Loquat, Eriobotrya japonica
Uses : Edible Fruit, Forage. Native to China.
This is a small tree, maybe 20-30 feet tall, but can easily be trimmed into a dwarf style with yearly pruning after fruiting. It is not native, but like the mandarin orange, it can withstand the mild winters in most of Florida. It has been reported that it will not set fruit north of Jacksonville, and I can say that I have never seen loquats growing in Duval, but it could be unknown there.
It sets its flowers in the fall and fruit ripens in the spring. The fruit can be eaten fresh, with the seed removed, or cooked into jellies, added to sauces, or used in any way you would use an apple or pear. They can be dehydrated or canned, with the seed and peel removed for canning. The fruit should be an orange color and soft when fully ripe, if hrd and yellow it is not ready. The fruit ripens on the tree and will not ripen adequately once picked.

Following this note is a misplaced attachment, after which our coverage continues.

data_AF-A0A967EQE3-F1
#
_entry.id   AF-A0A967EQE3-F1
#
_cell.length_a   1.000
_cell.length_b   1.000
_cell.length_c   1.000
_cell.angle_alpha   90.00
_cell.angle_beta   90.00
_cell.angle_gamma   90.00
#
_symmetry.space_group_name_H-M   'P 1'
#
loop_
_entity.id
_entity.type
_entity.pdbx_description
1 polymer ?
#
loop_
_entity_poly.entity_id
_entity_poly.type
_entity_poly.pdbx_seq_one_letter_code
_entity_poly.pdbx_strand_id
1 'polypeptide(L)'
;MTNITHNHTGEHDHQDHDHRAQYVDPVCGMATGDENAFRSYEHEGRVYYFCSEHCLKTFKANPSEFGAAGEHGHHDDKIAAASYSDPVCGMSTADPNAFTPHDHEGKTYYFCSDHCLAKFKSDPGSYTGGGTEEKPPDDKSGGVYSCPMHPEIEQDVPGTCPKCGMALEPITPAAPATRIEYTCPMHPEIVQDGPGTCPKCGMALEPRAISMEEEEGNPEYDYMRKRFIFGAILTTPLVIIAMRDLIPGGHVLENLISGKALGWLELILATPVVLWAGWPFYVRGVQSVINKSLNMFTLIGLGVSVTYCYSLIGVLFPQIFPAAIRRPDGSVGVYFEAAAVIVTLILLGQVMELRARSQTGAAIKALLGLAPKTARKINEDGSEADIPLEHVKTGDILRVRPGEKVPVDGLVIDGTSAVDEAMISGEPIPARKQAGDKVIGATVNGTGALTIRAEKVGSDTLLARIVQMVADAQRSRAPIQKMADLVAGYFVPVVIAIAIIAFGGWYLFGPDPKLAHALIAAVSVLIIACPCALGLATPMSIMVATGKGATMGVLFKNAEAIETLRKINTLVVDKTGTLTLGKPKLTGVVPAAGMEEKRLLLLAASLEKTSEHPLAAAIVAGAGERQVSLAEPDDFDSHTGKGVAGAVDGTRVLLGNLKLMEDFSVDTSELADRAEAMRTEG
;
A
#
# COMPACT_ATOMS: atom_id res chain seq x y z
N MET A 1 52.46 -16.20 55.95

I suspect the reason not more people enjoy this delicious fruit is that it has a shelf-life of about a week. I have seen it at the farmer's market just once, and never in the grocery store. Usually all the fruit ripens on the tree at about the same time, much like its cousin the apple. Also wine can be made from the crushed fruit in much the same way as you would make apfelwein. A winery near Gainesville makes delicious loquat wine, but it is only available locally.
The tree does not seem to have problems with pests, unless you consider birds a pest when they ninja all your ripe fruit.
Loquat Wine Recipe
4 pounds fresh loquats
2 1/4 pounds sugar
Water to one gallon
1 campden tablet (crushed)
1/2 teaspoon pectic enzyme
1 teaspoon acid blend
1/4 teaspoon grape tannin
1/2 teaspoon yeast nutrient